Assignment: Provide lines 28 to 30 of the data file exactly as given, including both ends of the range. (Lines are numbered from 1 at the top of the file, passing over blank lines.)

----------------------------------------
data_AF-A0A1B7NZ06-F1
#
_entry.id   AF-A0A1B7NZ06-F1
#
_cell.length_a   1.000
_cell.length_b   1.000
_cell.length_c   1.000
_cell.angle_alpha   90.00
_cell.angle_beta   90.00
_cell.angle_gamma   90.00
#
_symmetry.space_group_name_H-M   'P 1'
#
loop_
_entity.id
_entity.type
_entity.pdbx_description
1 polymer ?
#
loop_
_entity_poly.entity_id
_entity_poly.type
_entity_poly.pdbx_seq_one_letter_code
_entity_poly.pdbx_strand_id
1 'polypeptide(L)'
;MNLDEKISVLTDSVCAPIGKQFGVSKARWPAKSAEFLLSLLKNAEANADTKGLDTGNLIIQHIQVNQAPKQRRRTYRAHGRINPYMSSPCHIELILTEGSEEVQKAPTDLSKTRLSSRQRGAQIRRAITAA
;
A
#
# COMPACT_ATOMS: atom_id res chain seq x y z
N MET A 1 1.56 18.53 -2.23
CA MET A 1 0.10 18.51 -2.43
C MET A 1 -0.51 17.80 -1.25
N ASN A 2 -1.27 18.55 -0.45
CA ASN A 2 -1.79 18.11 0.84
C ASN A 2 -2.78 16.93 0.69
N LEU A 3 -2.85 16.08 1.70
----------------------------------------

A
#
# COMPACT_ATOMS: atom_id res chain seq x y z